I have been studying the art of falconry while researching my Renaissance-era book. There are scores of paintings, tapestries and etchings from the period of nobles hawking for pleasure, and posing with trained birds for portrait. Not a lot of what I’ve seen so far deals specifically with raptor training, however.

So I was fascinated to come upon this story from AramCoWorld about just that — the medieval method of falconry and its national origins in Japan. The Suwa school outside Tokyo is one of the oldest, tracing its masters back to the time of the Samuri. These experts suggest that the first falconers were likely nomadic hunters, the Monguls, perhaps, who learned from observation the benefits of borrowing skills of raptors that hunt from the air.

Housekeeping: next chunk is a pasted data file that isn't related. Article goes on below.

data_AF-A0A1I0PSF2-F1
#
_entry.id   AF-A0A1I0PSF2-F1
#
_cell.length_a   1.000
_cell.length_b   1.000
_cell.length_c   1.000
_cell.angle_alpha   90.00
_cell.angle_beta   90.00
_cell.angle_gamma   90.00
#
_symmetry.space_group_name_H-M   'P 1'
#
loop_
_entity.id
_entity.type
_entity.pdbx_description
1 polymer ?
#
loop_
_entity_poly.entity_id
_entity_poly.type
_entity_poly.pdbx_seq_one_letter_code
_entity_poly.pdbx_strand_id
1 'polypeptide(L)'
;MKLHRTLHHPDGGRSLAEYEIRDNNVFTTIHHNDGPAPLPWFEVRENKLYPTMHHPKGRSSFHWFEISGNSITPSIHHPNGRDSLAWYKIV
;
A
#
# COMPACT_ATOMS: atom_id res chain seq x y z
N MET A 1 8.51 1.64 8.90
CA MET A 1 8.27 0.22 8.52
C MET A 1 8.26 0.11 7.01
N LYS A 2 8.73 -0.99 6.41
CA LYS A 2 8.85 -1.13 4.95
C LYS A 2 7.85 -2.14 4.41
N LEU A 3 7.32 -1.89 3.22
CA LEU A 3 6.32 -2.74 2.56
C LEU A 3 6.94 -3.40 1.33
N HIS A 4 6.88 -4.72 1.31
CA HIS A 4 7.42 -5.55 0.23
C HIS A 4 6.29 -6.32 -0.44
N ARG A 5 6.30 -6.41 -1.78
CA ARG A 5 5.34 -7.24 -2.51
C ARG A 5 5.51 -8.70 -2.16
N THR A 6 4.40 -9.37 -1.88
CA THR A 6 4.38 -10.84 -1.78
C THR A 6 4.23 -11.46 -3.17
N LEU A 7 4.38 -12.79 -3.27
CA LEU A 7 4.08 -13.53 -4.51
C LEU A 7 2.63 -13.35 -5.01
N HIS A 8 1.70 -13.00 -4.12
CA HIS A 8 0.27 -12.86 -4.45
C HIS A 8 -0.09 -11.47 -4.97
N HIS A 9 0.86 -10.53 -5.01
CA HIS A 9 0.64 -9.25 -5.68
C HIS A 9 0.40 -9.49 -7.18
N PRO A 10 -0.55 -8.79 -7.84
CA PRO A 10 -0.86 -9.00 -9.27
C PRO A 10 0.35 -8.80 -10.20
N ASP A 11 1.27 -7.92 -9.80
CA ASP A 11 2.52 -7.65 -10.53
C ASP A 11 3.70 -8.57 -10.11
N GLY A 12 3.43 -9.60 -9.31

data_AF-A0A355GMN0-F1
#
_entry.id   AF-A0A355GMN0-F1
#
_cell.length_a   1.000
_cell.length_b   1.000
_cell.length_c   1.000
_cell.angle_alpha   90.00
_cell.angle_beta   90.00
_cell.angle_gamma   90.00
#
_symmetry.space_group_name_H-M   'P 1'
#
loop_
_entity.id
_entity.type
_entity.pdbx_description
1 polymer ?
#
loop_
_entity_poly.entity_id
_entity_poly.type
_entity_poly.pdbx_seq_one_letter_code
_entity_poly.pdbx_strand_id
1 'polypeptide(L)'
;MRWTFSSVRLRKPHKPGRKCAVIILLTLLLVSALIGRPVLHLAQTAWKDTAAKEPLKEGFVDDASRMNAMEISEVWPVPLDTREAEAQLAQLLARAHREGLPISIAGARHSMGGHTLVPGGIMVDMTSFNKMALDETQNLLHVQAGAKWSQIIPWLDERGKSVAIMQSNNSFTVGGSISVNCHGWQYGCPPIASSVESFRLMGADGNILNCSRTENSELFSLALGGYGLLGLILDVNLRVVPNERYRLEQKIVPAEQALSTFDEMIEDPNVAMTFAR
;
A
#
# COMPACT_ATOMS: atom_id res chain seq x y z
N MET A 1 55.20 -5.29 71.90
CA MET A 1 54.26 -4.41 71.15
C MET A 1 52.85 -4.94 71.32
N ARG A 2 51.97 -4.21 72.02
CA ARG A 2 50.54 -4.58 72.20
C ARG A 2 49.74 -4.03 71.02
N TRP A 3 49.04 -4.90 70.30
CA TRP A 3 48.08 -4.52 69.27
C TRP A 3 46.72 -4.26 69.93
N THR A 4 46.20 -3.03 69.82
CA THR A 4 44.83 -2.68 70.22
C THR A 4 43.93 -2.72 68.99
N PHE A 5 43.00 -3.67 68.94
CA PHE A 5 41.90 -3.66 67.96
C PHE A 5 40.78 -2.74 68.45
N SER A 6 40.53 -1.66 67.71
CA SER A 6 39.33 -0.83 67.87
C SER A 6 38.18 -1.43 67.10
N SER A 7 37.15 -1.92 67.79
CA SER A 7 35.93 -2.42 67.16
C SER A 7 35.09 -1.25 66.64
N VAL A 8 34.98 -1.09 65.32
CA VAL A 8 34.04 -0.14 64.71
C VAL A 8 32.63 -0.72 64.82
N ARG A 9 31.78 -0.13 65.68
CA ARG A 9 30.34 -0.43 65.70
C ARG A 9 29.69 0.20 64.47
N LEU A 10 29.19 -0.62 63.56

http://www.aramcoworld.com/en-US/Articles/November-2016/Rites-of-Flight-Falconry-in-Japan?page=2

Falconry imageThere are some key terms to the sport of falconry. Do you know why a falconer ‘hoods’ a raptor? Or what arm wears the gauntlet? How about the ‘preen gland’? Got a person you suspect has one of those….?  To find the answers, here’s a site for a LOT of falconry terms:

 

http://www.themodernapprentice.com/glossary.htm

 

Enjoy!

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